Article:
The cesspit of hate that festers in online comments is practically threatening to drown out all civil discourse.
A simple scroll through Facebook walls, especially comments posted under news articles reveals a torrent of insults, threats, and vile attacks. The targets are often the usual suspects: minorities, foreigners, politicians, activists, journalists, and anyone who dares dissent.
There are too many examples to list here: suffice to say that Isabelle Bonnici was told she should have given her son – Jean Paul Sofia – a better education after he was crushed to death in a construction site. Third country nationals are collectively and relentlessly faced with vitriol, especially when one of their compatriots ends up in trouble. Research shows that many, especially TCNs, rarely, if ever, respond to the mob, lest it unleashes more hate.
But that doesn’t take away from the fact that many individuals have been pushed over the edge, sometimes with tragic consequences.
The recent sentencing of a man who threatened the Repubblika president with acid throws light on the legal repercussions of hate speech. Yet, legal action alone cannot stem this toxic tide. We need a collective shift in perception, a reframing of what constitutes acceptable online behaviour.
We need a collective shift in perception, a reframing of what constitutes acceptable online behaviour
This relentless negativity poses the usual critical question: at what point does freedom of speech become a weaponised platform for bigotry and violence?
Freedom of expression is not a shield for hate speech but a cornerstone of democracy, allowing us to question, express opinions, and hold power to account. However, freedom comes with responsibility.
Whether we like it or not, there is a stark difference between voicing critical opinion and disagreeing respectfully, and spewing hateful invective and insults. Sadly, a cursory look on social media platforms shows that the horse has bolted.
Those of us who are witnessing the online mob cannot remain silent, lest we are inadvertently showing tacit approval.
We must actively call out hateful comments and report blatant instances of hate speech to the authorities, utilising the legal mechanisms in place to address such behaviour.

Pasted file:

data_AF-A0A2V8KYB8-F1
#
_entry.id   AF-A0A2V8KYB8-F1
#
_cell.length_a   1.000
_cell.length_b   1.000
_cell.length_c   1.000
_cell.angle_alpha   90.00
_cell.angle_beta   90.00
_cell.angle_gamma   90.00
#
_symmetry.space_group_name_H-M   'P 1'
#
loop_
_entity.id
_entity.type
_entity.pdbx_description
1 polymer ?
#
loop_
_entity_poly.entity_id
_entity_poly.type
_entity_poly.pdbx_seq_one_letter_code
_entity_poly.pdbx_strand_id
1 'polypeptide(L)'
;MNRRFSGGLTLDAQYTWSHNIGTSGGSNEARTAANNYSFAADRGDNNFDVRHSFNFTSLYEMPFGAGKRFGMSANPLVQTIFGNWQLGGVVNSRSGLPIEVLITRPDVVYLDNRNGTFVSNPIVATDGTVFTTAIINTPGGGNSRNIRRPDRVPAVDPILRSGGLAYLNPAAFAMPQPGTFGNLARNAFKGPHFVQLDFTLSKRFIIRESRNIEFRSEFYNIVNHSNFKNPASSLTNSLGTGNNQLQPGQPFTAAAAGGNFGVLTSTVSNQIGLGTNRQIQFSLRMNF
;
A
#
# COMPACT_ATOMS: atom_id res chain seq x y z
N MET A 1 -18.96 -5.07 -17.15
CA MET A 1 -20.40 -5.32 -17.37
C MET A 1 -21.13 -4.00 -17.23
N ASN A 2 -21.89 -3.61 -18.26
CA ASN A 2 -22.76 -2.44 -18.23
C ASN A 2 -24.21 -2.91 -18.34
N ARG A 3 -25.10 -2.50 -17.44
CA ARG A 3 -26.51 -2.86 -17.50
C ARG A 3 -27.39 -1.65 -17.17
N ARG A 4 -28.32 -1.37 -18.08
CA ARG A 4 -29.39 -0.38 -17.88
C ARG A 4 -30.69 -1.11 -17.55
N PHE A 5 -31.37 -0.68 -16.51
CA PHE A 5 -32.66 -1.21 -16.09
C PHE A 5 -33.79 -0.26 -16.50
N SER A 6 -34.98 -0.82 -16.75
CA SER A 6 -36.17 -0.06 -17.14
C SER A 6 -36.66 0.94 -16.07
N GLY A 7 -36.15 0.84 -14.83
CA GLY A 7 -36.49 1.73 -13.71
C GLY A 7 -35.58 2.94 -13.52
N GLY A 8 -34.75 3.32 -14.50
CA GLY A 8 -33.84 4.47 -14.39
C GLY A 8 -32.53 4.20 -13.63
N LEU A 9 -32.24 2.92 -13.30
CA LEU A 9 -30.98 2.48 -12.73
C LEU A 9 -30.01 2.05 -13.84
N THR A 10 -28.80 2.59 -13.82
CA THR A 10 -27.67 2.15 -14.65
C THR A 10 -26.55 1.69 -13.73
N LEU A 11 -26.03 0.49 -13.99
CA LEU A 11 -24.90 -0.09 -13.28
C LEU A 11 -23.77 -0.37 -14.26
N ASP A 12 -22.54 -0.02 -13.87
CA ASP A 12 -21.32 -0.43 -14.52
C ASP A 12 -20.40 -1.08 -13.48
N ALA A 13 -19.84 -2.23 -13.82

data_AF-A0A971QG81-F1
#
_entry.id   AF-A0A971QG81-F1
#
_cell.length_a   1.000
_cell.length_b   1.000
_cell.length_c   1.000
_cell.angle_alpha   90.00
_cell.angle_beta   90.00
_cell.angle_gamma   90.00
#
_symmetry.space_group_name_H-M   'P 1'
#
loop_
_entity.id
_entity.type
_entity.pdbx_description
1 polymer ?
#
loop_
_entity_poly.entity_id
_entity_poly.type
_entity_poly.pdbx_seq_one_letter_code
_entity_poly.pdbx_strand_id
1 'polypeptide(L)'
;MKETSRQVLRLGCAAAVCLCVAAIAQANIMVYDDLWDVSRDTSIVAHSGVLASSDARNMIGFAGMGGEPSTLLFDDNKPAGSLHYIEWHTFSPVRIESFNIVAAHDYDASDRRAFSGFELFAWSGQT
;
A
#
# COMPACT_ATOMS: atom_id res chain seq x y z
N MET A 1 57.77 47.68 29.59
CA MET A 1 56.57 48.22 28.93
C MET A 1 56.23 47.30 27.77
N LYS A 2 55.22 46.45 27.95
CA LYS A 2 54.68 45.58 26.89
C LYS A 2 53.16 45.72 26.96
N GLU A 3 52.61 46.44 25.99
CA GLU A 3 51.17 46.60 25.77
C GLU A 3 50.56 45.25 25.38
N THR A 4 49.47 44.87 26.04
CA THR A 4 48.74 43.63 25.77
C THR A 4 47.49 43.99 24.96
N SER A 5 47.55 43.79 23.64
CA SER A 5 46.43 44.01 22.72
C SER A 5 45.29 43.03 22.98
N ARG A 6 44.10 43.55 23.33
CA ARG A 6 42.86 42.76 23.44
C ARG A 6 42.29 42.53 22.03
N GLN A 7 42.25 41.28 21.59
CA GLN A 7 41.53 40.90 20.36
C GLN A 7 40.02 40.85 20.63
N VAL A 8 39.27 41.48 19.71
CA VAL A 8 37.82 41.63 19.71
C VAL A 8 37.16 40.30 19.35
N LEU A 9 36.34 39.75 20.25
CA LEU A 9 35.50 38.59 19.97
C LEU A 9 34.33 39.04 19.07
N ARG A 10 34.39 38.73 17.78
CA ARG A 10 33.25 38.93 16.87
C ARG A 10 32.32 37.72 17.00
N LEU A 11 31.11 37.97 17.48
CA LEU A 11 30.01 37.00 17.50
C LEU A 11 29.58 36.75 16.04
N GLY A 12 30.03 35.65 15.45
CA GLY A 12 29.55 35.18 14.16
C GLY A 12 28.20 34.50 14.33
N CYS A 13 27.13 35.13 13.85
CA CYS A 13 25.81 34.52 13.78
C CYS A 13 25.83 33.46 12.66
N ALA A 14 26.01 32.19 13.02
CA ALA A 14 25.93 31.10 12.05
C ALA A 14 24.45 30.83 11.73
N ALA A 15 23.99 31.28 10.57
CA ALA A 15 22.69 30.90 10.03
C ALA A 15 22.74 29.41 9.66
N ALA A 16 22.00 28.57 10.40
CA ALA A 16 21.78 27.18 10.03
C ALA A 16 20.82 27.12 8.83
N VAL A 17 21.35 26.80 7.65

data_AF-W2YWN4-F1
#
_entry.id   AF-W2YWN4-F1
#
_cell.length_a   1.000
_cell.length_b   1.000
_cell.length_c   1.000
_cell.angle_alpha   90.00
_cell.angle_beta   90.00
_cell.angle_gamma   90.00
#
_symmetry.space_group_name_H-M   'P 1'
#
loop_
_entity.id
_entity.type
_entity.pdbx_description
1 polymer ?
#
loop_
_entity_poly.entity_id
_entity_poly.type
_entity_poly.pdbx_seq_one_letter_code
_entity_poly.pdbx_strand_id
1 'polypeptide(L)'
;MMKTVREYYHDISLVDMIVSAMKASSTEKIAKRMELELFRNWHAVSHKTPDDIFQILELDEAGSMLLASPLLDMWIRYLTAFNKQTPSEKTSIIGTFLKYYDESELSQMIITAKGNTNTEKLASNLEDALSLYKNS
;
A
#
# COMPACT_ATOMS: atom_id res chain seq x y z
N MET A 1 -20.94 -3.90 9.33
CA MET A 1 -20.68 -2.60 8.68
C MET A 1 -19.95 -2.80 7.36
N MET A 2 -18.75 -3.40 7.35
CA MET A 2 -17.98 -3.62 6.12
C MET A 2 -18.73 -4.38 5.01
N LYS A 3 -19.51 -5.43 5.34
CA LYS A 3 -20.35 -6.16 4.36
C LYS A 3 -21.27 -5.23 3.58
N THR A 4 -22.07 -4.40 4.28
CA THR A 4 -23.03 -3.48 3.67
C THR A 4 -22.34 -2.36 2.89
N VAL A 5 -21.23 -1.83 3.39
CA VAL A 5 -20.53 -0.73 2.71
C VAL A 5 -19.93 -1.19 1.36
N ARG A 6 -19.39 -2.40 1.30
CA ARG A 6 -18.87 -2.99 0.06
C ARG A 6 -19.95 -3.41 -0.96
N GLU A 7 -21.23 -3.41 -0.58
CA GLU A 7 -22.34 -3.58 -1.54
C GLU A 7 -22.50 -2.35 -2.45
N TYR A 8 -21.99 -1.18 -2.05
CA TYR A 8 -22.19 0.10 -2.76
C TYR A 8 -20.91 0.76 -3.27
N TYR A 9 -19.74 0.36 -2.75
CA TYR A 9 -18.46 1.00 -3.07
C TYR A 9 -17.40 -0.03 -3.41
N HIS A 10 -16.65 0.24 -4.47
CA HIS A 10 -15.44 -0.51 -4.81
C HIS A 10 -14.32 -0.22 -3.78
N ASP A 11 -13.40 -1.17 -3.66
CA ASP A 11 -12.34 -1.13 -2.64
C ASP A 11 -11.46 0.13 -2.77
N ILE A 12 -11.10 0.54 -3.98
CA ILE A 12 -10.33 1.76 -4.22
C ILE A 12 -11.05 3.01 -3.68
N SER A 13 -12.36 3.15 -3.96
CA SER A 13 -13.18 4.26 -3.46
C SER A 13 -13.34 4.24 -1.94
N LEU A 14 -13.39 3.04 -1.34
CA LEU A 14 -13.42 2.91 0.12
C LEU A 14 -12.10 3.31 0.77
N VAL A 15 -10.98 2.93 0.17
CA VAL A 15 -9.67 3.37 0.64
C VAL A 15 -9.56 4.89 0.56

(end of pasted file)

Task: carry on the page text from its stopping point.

But individual action has its limits. The government and tech platforms also have a crucial role to play. Information campaigns can educate people about the harms of hate speech. Educational efforts in schools and communities can foster critical thinking and responsible online behaviour. Promoting counter-narratives that challenge extremist viewpoints can disrupt the echo chambers of hatred.
Technology companies, rightly criticised for inaction, must step up their content moderation efforts. This requires investment in human moderators, the development of effective AI tools, and clear policies on what constitutes unacceptable content.
Politicians have a duty to call out messages of hate (including that targeted against their political adversaries), racism and disinformation. It is simply not enough to have just one minister condemning the barrage of insults faced by the Filipino community for daring to celebrate a feast in public.
Media organisations should also moderate comments posted on their own platforms to try to keep discourse as civil as possible.
Unless necessary, we should not facilitate the litany of hatred out there by constantly emphasising the nationalities of suspects just to draw engagement.
Additionally, legal frameworks need to be reviewed and enforced consistently to ensure they effectively address the complexities of online hate speech. It would be good to see a more conspicuous presence of Malta’s Hate Crime and Speech Unit. Many are not even aware of its existence.
Ultimately, the solution lies in individual and collective responsibility. The least we can do is to engage in promoting respectful disagreement and call out vitriolic attacks whenever we see it online. That could be the start to reclaim the internet as a space for meaningful dialogue, rather than a toxic wasteland of hate.